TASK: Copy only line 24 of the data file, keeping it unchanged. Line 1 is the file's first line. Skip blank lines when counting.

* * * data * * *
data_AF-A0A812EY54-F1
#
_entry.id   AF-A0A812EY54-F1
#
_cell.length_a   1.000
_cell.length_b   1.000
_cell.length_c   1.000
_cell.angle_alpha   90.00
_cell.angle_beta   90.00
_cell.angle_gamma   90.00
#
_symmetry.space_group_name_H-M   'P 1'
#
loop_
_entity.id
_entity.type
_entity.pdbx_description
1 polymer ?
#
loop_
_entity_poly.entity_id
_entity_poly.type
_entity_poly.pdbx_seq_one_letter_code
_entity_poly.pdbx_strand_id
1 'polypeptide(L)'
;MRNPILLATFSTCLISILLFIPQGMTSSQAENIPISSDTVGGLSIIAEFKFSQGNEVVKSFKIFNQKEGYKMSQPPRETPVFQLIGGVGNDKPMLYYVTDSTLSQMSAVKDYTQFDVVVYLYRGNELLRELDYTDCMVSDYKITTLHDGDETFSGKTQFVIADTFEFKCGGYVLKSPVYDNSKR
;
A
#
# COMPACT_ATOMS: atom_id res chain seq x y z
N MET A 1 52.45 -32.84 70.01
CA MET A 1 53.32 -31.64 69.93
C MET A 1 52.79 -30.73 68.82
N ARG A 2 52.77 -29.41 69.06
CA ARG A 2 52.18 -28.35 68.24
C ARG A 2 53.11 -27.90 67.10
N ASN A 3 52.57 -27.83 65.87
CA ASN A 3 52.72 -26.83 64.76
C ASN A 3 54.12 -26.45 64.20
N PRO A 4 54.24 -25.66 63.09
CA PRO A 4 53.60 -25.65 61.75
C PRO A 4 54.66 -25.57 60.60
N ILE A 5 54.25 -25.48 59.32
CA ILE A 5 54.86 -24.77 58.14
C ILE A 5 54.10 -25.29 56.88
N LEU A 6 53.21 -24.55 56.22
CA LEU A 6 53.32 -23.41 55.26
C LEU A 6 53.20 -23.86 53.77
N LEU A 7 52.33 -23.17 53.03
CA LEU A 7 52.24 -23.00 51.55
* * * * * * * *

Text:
_entity_poly.pdbx_strand_id